Five Tax Tasks to Consider Completing Before the End of the Year

By Erin McHugh

As the end of 2017 draws near, here are five tax tasks you may consider completing before 2018 in order to reduce your taxable income come spring.

1.     Give Back
Most people end up donating to at least one charitable cause around the holidays. It’s one potential way to offset taxes while contributing to a greater cause and helping your community. If you want your charitable donations to be tax deductible for this year, remember you’ve got to donate by Dec. 31. Be sure to keep track of your receipts.

If you want to save more on taxes, you may want to donate a gift of appreciated securities or stocks to your charity of choice in lieu of cash. That way, you won’t be charged the capital gains tax you would have to pay if you sold the stocks. Plus, you’ll get a charitable tax receipt for the full amount.

2.     Use Your Flexible Spending Account
Medical FSAs are great for their ability to offset qualifying medical expenses with pretax contributions. If you have such a plan, it allows you to set aside pretax money to cover eligible out-of-pocket medical expenses, such as deductibles or copays on doctor visits. However, if you don’t use the cash you’ve built up in your account by Dec. 31, you forfeit what’s left. So take care of any foreseeable appointments and medical needs by the end of the year to ensure you get the most use out of those pretax dollars.

 3.     Maximize Contributions to Your Tax-Advantaged Retirement Plan
If you haven’t already maxed out your contributions to your tax-advantaged retirement plan through regular savings, now’s the time to do so. In most cases, for 401(k) plans, the maximum contribution amount per year is $18,000, plus an extra $6,000 if you’re age 50 or over.

Consider contributing your bonus if you’re getting one this holiday season or investing any excess savings you’ve accumulated. If you can’t contribute the full amount allowed, make it your goal to invest enough to get the full match offered by your employer.

4.     Time Your 529 Plan Distributions Carefully
It’s easy to have a portion of your 529 plan funds accidentally classified as a nonqualified distribution, which potentially makes them subject to income tax and a penalty. To avoid this, make sure your 529 plan withdrawals match up with a qualifying expense in the same calendar year. This can be tricky since bills for spring tuition tend to come in December but the expenses technically occur in January of the next year.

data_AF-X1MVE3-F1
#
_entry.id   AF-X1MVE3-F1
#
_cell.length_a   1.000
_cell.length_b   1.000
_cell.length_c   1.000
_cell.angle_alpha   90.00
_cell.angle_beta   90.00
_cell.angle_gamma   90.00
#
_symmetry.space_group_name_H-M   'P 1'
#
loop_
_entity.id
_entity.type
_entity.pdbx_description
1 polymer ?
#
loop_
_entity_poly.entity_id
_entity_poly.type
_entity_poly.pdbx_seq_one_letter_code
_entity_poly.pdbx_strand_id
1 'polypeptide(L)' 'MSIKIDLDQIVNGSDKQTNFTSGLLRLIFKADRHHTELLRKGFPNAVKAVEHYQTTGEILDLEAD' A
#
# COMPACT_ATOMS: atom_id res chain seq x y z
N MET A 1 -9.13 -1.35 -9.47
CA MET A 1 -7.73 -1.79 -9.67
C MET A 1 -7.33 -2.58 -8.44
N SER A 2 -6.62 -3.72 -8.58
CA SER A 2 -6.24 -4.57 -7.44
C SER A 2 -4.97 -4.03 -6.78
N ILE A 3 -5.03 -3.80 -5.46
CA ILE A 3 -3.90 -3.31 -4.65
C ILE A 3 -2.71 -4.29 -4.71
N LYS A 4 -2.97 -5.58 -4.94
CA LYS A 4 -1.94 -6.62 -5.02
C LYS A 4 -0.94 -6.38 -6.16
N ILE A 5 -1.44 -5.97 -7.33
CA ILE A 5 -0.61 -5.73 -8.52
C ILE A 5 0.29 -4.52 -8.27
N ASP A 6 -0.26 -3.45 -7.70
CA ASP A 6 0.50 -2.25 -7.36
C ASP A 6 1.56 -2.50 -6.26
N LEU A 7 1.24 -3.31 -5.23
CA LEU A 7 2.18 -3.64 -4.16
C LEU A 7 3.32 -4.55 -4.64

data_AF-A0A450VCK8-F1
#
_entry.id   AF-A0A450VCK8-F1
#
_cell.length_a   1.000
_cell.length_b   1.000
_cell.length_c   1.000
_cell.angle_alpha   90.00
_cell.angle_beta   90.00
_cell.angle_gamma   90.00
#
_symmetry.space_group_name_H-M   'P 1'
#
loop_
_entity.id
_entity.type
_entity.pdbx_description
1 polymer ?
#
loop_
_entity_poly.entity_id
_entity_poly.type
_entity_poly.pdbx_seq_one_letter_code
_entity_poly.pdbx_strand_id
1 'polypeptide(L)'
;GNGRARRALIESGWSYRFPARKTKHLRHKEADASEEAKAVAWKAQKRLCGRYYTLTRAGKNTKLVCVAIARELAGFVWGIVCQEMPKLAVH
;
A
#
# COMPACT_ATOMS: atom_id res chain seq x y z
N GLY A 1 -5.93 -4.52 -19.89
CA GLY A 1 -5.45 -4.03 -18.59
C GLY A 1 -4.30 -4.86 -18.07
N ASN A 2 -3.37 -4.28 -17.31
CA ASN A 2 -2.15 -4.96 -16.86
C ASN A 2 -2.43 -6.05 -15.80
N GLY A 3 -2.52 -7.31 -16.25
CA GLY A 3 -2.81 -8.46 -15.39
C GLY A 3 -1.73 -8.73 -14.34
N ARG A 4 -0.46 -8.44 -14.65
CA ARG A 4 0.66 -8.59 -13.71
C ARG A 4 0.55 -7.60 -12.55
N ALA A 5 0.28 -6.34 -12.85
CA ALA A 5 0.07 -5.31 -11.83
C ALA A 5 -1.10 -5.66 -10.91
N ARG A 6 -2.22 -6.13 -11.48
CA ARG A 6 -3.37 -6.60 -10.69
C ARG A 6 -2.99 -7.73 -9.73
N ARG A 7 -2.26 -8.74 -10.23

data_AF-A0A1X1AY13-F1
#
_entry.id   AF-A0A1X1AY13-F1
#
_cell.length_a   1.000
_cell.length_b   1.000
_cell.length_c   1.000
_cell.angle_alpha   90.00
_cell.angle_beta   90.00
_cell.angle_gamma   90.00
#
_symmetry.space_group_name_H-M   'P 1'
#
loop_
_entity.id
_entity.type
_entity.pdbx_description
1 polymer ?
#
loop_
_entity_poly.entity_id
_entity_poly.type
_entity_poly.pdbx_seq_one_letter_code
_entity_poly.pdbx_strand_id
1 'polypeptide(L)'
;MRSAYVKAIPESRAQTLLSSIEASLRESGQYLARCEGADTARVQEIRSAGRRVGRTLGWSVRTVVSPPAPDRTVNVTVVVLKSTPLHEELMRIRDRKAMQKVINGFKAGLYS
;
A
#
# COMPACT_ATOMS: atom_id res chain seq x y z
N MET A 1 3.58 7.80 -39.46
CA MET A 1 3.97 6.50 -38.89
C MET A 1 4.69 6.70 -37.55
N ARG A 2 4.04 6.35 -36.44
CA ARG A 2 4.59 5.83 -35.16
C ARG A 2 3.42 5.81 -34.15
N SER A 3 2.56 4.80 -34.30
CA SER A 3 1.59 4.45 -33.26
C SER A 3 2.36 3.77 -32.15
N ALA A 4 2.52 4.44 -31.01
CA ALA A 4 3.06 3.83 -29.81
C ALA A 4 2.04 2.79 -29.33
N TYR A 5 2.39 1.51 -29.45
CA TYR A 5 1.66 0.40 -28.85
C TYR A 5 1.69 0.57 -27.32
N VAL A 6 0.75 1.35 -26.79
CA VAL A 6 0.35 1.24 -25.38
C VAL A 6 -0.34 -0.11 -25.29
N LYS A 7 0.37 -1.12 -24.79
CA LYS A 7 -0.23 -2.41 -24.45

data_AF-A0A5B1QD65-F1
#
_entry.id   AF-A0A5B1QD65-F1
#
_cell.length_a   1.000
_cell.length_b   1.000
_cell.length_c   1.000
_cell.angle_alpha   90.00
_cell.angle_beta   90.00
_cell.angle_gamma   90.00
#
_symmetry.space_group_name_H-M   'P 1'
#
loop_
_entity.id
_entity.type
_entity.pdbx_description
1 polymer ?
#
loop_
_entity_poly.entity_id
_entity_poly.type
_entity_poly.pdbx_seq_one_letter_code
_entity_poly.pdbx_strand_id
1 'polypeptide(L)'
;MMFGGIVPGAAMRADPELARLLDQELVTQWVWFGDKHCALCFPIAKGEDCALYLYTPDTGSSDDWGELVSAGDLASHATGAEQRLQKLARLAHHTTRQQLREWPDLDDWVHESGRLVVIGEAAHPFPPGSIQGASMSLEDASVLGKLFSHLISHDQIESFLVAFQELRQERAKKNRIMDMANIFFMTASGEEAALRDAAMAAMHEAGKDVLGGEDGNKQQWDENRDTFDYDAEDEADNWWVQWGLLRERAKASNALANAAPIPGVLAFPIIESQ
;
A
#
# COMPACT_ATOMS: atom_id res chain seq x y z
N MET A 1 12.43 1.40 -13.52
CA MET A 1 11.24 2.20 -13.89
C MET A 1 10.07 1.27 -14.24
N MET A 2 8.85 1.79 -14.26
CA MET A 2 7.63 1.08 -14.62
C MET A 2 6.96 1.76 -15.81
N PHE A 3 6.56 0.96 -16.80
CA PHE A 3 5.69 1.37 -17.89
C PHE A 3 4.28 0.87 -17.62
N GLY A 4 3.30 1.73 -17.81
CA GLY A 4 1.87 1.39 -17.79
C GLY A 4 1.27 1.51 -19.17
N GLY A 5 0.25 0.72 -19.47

If you pay a bill like this, simply request a reimbursement from the 529 plan in December rather than January and you should be fine. In most instances, you can do so by electing one of three options for payment distribution: the school, the beneficiary or the account owner.

 5.     Selling Stocks
If you have stocks that have declined in value and you’re thinking about selling them, do so before the end of the year so you can harvest the loss and capture the deduction. This could help offset any gains you have from selling stocks that increased in value this year, and potentially reduce or eliminate taxes you would have had to pay on those gains. This means you’ll have to pay less money, if any — and that’s always a good thing.

Now that you’ve got a head start on tax season, but there’s more prep work ahead. Remember to talk to your CPA well before spring arrives, so they have time to advise you and aren’t swamped with paperwork.

It might make sense to make an appointment to update your financial plan or create a new one while you’re already thinking about finances. That way, you can start the new year off fresh and be better prepared to meet your financial goals.

Visit USAA’s Tax Center to access tax forms, documents, guides and more



Investments provided by USAA Investment Management Company and USAA Financial Advisors Inc., both registered broker dealers, and affiliates.  

Financial planning services provided by USAA Financial Planning Services Insurance Agency, Inc. (known as USAA Financial Insurance Agency in California, License # 0E36312), a registered investment adviser and insurance agency. 

The contents of this document are not intended to be, and are not, legal or tax advice. The applicable tax law is complex, the penalties for non-compliance are severe, and the applicable tax law of your state may differ from federal tax law. Therefore, you should consult your tax and legal advisors regarding your specific situation. 

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